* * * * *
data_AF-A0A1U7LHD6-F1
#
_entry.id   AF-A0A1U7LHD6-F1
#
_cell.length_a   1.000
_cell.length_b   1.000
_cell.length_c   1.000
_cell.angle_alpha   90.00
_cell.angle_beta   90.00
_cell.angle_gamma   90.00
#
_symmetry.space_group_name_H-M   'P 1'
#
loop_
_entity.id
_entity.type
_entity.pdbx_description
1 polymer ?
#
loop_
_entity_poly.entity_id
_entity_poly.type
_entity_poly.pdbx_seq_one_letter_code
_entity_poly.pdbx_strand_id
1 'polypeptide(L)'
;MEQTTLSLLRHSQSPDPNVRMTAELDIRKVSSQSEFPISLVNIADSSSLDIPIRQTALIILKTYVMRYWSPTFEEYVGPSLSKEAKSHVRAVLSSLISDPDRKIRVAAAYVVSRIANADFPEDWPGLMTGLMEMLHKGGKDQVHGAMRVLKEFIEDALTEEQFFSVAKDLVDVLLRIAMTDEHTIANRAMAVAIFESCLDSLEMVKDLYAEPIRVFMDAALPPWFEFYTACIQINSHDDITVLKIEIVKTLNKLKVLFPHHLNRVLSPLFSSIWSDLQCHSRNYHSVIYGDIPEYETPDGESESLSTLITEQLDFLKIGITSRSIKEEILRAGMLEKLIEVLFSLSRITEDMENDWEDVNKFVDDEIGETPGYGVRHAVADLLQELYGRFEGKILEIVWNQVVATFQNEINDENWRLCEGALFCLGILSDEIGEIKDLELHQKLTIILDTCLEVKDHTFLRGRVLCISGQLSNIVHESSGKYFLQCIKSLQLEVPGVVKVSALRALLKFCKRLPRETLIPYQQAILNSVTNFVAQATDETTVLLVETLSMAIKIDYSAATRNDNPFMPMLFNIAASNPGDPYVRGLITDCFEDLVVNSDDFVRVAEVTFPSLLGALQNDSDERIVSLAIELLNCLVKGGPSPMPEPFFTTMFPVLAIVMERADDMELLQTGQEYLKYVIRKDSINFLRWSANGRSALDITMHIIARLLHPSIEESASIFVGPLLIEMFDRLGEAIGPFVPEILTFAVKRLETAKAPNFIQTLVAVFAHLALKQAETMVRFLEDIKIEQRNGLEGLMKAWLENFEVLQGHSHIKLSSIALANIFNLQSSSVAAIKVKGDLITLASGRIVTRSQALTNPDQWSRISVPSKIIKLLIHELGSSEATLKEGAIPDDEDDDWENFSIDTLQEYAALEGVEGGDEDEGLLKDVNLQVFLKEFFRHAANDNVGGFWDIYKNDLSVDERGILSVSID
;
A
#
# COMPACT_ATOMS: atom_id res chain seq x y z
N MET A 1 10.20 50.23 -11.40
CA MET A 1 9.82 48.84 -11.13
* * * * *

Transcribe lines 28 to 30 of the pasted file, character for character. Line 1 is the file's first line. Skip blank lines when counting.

A
#
# COMPACT_ATOMS: atom_id res chain seq x y z